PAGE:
Oceana– C0L346Seafood McGraw-Hill Building, 120 W. 49th St., btw Sixth & Seventh aves., 212.759.5941, Chef Ben Pollinger’s global menu tackles fish from every angle, from taro-wrapped dorade and roasted monkfish to a raw bar and whole stuffed striped bass. Casual dining in the Café at Oceana. Breakfast and lunch Mon-Fri, dinner nightly; AE, D, DC, MC, V; $$$/  8 . 5 G13 Rock Center Café– C0L347American Rockefeller Center, 20 W. 50th St., btw Fifth & Sixth aves., 212.332.7620, Original Warhol prints, views of the ice skating rink at Rockefeller Center and bold dishes make this restaurant modern and memorable. Breakfast Mon-Fri, lunch Mon-Sat, dinner nightly. AE, D, DC, MC, V;    G13 $$$ 2/



“Perfectly aged cuts that melt in your mouth…” - America’s Top Restaurants Zagat Survey

Sea Grill, The– C0L347Seafood Rockefeller Center, 19 W. 49th St., btw Fifth & Sixth aves., 212.332.7610, Ocean fare, such as shellfish platters and daily grilled fish specialties, served in an elegant, spacious restaurant within landmark Rockefeller Center. Lunch Mon-Fri, dinner nightly; AE, D, DC, MC, V; $$$/  8 . G13


“Serious cuts of Prime dry-aged beef” - Michelin® Guide to New York City

“A knife is almost unnecessary to cut into the satiny, flavorful meat” - The New York Times 32 West 37th Street (btw. 5th & 6th Aves.) 212-947-8940

269 West 45th Street (btw. Broadway & 8th Ave.) 212-997-9494

77 Purchase Street Rye, New York 914-925-3900

Cherrywood Kitchen– C0L9425New American 300 Spring St., btw Hudson & Renwick sts., 646.559.2328, A menu of snacks (short-rib-stuffed spring rolls), small plates (smoked asparagus with serrano ham and a poached egg), large plates (soft-shell crab with garlic, shallots and a cherry glaze) and slowcooked specialties (eel-stuffed smoked chicken) are served in a rustic space. Lunch Mon-Fri, dinner Mon-Sat; AE, D, MC, V; $$ 2/  H20 508 GastroBrewery– C0L6G 217 lobal Fushion 508 Greenwich St., at Spring St., 212.219.2444, 508nyc .com. Combining interesting eats with good drink, this restaurant offers an eclectic selection of dishes, from Middle Eastern kibbeh to Catalan potatoes, in an intimate space filled with candles and books. Lunch, dinner daily, brunch Sun; AE, MC, V; $$$/  H20 Kittichai– C0LT 6217 hai 60 Thompson Hotel, 60 Thompson St., btw Broome & Spring sts., 212.219.2000, Dim lighting, vivid orchids, warm silk accents and a reflecting pool enhance the serene setting in which diners sample traditional dishes. Breakfast daily, lunch Mon-Fri, dinner nightly, brunch Sat-Sun; AE, MC, V; $$$ 2/  . G20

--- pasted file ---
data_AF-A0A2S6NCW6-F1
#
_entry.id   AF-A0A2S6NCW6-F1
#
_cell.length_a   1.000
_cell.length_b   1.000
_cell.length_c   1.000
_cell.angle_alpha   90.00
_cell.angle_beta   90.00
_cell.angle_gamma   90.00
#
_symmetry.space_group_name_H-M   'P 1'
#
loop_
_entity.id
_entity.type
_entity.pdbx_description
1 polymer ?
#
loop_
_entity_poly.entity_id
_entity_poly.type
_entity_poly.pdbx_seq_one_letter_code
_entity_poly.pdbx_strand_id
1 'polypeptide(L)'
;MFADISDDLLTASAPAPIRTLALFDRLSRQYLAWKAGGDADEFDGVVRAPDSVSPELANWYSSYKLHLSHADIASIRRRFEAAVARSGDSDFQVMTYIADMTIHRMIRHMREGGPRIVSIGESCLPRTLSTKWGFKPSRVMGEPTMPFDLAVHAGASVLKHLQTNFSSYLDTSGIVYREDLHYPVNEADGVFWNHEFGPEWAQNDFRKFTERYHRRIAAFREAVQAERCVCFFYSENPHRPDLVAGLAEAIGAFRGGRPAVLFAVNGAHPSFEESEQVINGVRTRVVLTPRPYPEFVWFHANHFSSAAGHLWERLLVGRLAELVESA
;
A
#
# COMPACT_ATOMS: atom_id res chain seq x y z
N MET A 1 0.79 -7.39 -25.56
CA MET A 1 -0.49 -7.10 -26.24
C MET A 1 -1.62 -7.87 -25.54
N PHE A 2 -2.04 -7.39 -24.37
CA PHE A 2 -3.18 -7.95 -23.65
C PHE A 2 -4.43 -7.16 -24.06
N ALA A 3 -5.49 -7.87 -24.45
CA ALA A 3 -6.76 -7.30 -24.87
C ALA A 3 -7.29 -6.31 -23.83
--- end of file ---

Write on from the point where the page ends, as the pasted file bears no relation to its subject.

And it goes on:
Offering 10 flavors, over 50 toppings, premium Crêpes & Belgian waffles and smoothies that are made to order.

732 7th Avenue | btw 48th & 49th sts 646.692.6614 |

fine Indian cuisine